Using Star Wars Technology to Slay Cancer
How a Trip to the Dentist Could Save Your Life
Using the force of Star Wars technology to spot rogue cells, dentists are on the front lines of the war against oral cancer—a disease that kills an American every hour. More than twenty-seven years ago, the country launched the Strategic Defense Initiative program, otherwise known as "Star Wars." Today, some of the technology originally aimed at identifying enemy missiles is helping dentists and medical professionals identify a different kind of potential killer.
According to the Centers for Disease Control, each year more than 30,000 people in the US are diagnosed with cancer of the oral cavity and pharynx. Since this form of cancer is typically discovered late in its development, the death rate is higher than that of many other forms of cancer, including cervical cancer and Hodgkin's lymphoma. In fact, of those diagnosed with oral cancer, less than half will still be alive five years later. Each year, this stealthy killer takes the lives of approximately 8,000 Americans.
Once identified, oral cancers are among the most costly to treat. It is not uncommon for the surgical and reconstructive procedures to run into the hundreds of thousands of dollars. More important than potential cost savings though are some simple precautionary steps that can be real lifesavers.
The first and most obvious step is to avoid all forms of tobacco. In the majority of cases, oral cancer is a preventable, "lifestyle" disease related to tobacco and alcohol abuse. According to the National Institutes of Health (NIH), alcohol and tobacco cause approximately 80 percent of cases of cancer of the mouth and throat in men and about 65 percent in women. Additionally, the NIH reports that the combination of alcohol and tobacco can be especially dangerous, dramatically increasing the risk of mouth and throat cancer.
Yet interestingly, some 25 percent of oral cancer cases do not have an alcohol or tobacco risk factor. Consequently, people should take a precautionary step by seeing a dentist on a regular basis. It is not uncommon for a person to visit the dentist more often than the family doctor. This places the dentist in a good position to detect signs of oral cancer early on, when chances of successful treatment are most promising. And early detection is key, improving the survival rate from 57 percent to 81 percent.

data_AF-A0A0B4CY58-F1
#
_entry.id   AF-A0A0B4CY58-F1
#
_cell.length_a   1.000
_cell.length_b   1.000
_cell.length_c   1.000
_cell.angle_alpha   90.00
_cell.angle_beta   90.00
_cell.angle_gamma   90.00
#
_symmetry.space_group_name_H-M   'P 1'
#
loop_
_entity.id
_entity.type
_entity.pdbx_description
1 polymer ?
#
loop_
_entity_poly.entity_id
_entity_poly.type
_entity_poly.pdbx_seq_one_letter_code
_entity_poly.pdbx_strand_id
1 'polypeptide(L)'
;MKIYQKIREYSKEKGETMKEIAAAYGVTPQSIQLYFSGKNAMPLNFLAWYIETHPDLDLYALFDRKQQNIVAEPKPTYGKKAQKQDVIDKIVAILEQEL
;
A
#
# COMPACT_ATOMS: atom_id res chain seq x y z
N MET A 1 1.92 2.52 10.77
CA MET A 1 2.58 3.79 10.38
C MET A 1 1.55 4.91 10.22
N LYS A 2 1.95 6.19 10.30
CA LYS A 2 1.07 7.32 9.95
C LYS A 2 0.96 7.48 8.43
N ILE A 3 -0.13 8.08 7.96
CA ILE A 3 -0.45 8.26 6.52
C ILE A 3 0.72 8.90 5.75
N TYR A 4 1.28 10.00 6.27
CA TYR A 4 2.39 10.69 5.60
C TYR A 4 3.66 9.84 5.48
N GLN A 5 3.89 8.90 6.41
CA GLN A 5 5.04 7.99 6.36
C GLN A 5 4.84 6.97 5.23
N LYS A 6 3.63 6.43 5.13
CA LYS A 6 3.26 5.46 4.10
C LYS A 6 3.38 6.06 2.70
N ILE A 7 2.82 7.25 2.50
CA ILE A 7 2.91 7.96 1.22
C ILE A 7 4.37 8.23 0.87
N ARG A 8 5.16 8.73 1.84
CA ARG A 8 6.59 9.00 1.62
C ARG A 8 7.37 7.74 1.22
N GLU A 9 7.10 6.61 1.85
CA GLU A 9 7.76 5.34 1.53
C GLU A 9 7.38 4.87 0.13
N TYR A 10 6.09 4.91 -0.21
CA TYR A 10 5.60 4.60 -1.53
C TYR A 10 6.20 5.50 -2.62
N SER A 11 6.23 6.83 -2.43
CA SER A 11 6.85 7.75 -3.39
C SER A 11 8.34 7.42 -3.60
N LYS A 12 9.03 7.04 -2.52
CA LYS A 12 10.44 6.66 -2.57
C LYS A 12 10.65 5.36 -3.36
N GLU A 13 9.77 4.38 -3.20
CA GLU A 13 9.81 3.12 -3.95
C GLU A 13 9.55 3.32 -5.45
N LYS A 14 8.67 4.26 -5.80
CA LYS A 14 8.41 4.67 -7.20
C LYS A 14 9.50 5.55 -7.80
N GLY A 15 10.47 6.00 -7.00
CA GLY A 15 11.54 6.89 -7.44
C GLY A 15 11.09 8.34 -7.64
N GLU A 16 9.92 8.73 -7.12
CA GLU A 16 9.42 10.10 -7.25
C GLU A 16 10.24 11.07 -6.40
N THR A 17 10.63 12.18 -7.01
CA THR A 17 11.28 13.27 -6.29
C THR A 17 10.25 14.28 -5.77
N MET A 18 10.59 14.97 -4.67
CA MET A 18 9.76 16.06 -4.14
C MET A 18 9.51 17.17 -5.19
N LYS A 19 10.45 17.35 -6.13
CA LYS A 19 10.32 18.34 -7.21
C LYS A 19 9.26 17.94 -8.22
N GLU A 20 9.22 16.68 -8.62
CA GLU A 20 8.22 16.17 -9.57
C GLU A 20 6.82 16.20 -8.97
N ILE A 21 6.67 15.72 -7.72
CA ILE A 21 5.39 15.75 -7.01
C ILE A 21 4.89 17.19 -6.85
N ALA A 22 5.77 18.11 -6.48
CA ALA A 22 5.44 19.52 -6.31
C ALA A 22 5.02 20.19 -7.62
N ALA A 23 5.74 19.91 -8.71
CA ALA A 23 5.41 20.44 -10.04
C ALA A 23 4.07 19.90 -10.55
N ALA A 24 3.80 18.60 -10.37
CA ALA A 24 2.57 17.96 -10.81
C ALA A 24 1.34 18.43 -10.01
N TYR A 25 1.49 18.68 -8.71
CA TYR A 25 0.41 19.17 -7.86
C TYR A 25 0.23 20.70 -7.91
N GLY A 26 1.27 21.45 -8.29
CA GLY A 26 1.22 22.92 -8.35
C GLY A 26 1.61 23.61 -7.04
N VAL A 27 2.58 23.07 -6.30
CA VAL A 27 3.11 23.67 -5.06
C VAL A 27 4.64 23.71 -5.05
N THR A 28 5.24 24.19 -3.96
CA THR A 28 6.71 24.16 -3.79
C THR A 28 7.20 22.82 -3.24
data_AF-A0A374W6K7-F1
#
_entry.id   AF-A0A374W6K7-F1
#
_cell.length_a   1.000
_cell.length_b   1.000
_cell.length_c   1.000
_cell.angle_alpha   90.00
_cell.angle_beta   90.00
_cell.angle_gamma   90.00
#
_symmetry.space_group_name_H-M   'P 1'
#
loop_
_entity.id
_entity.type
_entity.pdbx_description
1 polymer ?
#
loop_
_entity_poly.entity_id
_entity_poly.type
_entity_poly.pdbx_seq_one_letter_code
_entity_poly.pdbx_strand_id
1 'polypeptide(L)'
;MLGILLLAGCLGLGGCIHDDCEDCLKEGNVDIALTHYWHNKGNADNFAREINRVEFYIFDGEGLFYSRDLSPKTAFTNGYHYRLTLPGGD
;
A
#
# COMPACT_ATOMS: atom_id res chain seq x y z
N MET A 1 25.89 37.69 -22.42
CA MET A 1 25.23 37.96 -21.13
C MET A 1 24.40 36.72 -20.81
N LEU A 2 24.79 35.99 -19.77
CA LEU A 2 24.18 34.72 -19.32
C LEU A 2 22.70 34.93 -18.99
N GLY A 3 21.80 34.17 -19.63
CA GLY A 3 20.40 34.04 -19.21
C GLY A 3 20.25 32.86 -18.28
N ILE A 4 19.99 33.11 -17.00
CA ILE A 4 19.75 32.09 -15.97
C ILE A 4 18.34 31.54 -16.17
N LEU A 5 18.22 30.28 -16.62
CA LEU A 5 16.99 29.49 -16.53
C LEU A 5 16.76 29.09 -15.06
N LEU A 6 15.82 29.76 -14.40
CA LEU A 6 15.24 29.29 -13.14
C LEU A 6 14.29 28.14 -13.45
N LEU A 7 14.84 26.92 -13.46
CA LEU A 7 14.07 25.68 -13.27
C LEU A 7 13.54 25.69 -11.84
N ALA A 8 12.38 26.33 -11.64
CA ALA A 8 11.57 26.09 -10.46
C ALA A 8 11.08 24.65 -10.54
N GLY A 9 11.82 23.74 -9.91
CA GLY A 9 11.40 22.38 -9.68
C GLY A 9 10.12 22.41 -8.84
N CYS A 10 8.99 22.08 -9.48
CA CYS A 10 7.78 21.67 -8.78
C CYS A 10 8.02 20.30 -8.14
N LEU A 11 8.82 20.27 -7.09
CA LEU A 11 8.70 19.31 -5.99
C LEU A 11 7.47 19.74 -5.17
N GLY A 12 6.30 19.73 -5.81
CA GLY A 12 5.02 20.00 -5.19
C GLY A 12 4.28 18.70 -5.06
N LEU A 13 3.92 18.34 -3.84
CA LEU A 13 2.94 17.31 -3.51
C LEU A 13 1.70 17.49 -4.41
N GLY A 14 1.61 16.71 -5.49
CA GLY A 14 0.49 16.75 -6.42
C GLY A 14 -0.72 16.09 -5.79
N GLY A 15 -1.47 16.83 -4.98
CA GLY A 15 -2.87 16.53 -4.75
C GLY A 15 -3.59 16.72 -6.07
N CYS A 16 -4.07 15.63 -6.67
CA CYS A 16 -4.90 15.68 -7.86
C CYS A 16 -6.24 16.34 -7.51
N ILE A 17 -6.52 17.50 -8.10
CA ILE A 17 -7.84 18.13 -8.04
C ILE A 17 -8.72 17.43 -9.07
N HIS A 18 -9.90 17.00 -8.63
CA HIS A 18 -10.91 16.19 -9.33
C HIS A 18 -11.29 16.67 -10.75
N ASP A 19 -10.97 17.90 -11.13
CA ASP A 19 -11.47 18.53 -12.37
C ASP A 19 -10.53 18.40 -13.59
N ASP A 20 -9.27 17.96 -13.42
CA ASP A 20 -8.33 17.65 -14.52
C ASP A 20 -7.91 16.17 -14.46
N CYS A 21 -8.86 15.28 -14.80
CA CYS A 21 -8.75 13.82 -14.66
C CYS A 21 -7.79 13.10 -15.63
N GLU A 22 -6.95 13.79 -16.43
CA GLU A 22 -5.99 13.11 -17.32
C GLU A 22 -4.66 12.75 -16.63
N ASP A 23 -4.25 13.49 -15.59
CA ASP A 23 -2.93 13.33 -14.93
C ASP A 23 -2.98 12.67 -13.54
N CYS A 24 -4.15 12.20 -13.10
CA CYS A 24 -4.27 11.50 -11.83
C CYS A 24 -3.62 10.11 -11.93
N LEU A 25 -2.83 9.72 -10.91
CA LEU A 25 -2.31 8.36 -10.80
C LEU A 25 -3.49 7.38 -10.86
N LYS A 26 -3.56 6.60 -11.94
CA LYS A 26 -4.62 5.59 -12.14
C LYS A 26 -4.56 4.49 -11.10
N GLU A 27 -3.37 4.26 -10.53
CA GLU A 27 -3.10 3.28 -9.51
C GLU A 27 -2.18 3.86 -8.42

That's where Star Wars comes into play. Cold War image recognition technology that was designed to spot nuclear missiles among a sky full of decoys has been adapted for medical purposes and is helping identify well-hidden and dangerous precancerous and cancerous cells among an ocean of otherwise normal cells. Through a non-invasive test a dentist uses a round brush on the end of a small stick to collect cells from the inside of a patient's mouth. These cells are then screened using a sophisticated computer system to identify cells that are suspicious. Within days, the dentist has information to know whether or not a potential problem exists, often before a patient notices anything out of the ordinary.
Just as with defensive military systems, there's a point after which detection is too late and, in the case of oral cancer, delayed diagnosis can be deadly. That's why it's important to give dentists the opportunity to detect precancerous and early-stage cancerous lesions that often masquerade as innocuous-looking red or white lesions that can otherwise give people a false sense of security and delay a diagnosis.
People understand that a regular visit to the dentist can prevent the costly complications of tooth decay. As it turns out, a visit to the dentist just might save your life.
The not-for-profit Delta Dental Plans Association (www.deltadental.com) based in Oak Brook, Ill., is the leading national network of independent dental service corporations specializing in providing dental benefits programs to 54 million Americans in more than 89,000 employee groups throughout the country.